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NOPD says feds now looking into 2011 embezzlement from Lusher Charter School

The New Orleans Police Department is working with federal investigators in an embezzlement case from 2011 at Lusher Charter School that so far has led to no charges against the admitted embezzler.

“They are interested in moving forward with a federal prosecution,” Officer Garry Flot, police spokesman, said Wednesday via email.

Lauren Hightower, a former accountant at the Uptown school, was discovered by administrators to have forged signatures on checks adding up to $25,800. The investigation into her activities is focused on the forgeries.

The school started investigating the matter after an administrator noticed that some checks were missing. Hightower admitted writing one check for $5,000, but according to the police report, the school found that six checks for the school’s account at Whitney National Bank had been cashed.

Hightower was fired from her post; she later returned the money. School officials said she reported herself to the State Board of Certified Public Accountants, which licenses CPAs. Her license has been revoked, according to the agency’s website.

Hightower has not been charged with theft or embezzlement. The detective on the case, Michael Riley, told the Lens in March that the speedy return of the money by Hightower’s lawyer rendered the theft charge a “moot issue.”

Instead, Riley said, the police had turned its attention to forgery charges. He said that Hightower would be charged by the end of March. A month later, no charges have been filed.

Flot said that Riley has been talking with a representative from the Inspector General wing of the U.S. Department of Education, along with Assistant U.S. Attorney Tracey Knight and the Orleans Parish District Attorney’s Office, over how to proceed.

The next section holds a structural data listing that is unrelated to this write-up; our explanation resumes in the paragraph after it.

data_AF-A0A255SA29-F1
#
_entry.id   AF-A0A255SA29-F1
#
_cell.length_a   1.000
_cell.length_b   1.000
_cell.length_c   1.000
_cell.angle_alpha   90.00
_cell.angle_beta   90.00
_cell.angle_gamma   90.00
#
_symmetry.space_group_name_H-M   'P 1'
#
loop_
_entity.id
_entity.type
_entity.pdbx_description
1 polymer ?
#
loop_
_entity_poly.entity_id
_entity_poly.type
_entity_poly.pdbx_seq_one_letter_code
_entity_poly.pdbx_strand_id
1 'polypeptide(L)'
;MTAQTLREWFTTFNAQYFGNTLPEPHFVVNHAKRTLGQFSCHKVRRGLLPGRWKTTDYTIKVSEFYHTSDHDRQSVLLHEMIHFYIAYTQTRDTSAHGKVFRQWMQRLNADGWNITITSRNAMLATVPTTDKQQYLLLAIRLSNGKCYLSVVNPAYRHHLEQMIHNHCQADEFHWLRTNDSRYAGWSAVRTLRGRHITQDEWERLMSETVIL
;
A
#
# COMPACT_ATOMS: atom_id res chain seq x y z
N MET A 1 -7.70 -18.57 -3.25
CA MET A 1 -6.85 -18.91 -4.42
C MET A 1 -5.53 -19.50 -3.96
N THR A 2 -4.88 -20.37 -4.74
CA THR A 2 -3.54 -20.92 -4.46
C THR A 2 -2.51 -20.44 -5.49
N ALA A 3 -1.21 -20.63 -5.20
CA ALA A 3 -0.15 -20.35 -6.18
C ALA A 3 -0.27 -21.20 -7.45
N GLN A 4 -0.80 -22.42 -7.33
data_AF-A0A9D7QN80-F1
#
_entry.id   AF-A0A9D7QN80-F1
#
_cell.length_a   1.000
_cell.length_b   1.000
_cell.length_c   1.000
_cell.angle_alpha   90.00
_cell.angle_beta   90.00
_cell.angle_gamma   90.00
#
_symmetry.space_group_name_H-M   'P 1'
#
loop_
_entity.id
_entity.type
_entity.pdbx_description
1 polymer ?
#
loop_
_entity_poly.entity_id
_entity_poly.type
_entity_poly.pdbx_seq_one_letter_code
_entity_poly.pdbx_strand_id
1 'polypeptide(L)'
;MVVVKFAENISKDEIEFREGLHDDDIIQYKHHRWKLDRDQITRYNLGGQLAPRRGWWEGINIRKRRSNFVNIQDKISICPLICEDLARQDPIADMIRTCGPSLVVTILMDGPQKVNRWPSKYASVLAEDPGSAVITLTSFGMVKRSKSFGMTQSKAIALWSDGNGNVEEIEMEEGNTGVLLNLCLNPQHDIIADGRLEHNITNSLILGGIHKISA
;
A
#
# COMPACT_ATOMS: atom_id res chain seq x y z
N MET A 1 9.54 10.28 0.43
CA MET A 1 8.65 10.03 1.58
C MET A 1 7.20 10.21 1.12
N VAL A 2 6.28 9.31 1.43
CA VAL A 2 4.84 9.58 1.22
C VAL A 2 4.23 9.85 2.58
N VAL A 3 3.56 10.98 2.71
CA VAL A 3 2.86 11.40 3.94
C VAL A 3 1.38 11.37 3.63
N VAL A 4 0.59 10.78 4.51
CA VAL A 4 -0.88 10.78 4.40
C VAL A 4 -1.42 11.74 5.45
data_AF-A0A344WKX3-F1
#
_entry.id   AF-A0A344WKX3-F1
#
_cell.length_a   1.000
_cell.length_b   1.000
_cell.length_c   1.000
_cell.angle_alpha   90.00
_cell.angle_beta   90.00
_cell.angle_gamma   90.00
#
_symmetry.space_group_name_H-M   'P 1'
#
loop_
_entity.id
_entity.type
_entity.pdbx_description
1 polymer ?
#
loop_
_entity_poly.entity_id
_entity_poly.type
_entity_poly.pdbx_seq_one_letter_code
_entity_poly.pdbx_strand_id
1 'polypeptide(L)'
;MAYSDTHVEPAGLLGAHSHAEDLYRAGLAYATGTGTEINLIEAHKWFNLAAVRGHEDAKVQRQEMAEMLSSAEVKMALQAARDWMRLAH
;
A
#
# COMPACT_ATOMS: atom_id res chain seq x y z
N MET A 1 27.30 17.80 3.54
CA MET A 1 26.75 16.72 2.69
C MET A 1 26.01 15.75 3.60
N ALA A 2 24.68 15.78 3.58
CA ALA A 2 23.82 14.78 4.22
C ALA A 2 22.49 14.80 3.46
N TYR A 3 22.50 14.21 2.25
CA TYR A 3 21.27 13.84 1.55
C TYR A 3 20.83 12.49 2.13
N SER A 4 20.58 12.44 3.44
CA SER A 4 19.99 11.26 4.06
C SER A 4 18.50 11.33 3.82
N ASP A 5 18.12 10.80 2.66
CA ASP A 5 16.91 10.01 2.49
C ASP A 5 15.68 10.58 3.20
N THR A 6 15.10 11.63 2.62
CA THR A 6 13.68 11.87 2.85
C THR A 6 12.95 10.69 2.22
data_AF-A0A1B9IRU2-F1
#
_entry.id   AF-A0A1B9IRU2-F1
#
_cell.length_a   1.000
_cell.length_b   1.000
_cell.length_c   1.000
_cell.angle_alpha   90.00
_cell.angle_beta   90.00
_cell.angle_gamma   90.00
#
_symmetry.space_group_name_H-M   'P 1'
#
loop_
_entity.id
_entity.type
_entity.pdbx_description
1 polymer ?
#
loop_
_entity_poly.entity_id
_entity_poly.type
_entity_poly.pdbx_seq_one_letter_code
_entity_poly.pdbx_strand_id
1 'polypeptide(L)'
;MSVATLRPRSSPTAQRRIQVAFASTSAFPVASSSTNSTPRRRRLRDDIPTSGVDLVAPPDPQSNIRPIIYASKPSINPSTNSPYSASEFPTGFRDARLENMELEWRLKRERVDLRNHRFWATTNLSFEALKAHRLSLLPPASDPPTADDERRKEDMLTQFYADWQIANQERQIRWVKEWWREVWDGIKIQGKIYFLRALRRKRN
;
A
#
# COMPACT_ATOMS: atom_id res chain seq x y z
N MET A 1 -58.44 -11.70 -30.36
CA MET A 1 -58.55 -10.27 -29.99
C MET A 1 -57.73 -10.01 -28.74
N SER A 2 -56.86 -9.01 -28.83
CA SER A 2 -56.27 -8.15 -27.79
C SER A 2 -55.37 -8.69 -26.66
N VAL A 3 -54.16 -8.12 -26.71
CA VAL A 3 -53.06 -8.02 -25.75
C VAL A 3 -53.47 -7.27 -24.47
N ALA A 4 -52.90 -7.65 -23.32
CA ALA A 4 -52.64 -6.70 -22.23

The U.S. Attorney’s office was not immediately available for comment. A message left with the District Attorney’s office was not immediately returned.

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About Tom Gogola

Tom Gogola covered criminal justice for The Lens from February 2012 to May 2013. He is a veteran journalist and editor who has written on a range of subjects for many publications, including Newsday, New York, The Nation, and Maxim. Gogola was a 2011 winner of the Hillman Foundation Sidney Award, for his groundbreaking report in New York magazine detailing regulatory waste in the commercial fishing industry.

  • nickelndime

    What is the difference between the Lusher case ($25,000) and the Langston Hughes ($600,000) and New Orleans Military and Maritime Academy (NOMMA) ($31,000) cases? It was my understanding that the CFO/Business Managers “used” school checks in the two latter schools as well. Perhaps Hightower has some inside information into the financial dealings at the school which has delayed progress in the case. Besides, I think the feds should give their full attention to all of the charter schools (RSD/BESE/OPSB alike) and seriously question what is being passed off (under the radar) as “legal” financial activity. All of these schools should have forensic audits.